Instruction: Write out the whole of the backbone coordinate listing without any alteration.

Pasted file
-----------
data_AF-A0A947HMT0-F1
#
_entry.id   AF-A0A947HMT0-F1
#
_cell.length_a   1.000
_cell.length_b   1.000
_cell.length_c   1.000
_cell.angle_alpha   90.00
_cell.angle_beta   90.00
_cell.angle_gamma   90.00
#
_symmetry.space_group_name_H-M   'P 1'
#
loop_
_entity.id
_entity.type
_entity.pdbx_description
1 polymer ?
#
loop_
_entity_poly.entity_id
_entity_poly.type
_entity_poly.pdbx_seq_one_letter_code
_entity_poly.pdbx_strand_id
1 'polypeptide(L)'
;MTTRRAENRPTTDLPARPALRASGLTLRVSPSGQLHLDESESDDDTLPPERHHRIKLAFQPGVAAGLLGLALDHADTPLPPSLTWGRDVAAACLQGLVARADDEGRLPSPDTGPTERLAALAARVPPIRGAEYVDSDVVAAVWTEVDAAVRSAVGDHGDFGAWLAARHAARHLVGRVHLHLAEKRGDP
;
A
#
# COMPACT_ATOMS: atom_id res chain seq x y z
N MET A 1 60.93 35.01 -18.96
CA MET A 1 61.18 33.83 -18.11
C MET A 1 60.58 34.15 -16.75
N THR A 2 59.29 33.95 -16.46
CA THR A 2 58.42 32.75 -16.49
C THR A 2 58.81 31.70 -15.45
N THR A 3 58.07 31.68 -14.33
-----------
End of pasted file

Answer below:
data_AF-A0A947HMT0-F1
#
_entry.id   AF-A0A947HMT0-F1
#
_cell.length_a   1.000
_cell.length_b   1.000
_cell.length_c   1.000
_cell.angle_alpha   90.00
_cell.angle_beta   90.00
_cell.angle_gamma   90.00
#
_symmetry.space_group_name_H-M   'P 1'
#
loop_
_entity.id
_entity.type
_entity.pdbx_description
1 polymer ?
#
loop_
_entity_poly.entity_id
_entity_poly.type
_entity_poly.pdbx_seq_one_letter_code
_entity_poly.pdbx_strand_id
1 'polypeptide(L)'
;MTTRRAENRPTTDLPARPALRASGLTLRVSPSGQLHLDESESDDDTLPPERHHRIKLAFQPGVAAGLLGLALDHADTPLPPSLTWGRDVAAACLQGLVARADDEGRLPSPDTGPTERLAALAARVPPIRGAEYVDSDVVAAVWTEVDAAVRSAVGDHGDFGAWLAARHAARHLVGRVHLHLAEKRGDP
;
A
#
# COMPACT_ATOMS: atom_id res chain seq x y z
N MET A 1 60.93 35.01 -18.96
CA MET A 1 61.18 33.83 -18.11
C MET A 1 60.58 34.15 -16.75
N THR A 2 59.29 33.95 -16.46
CA THR A 2 58.42 32.75 -16.49
C THR A 2 58.81 31.70 -15.45
N THR A 3 58.07 31.68 -14.33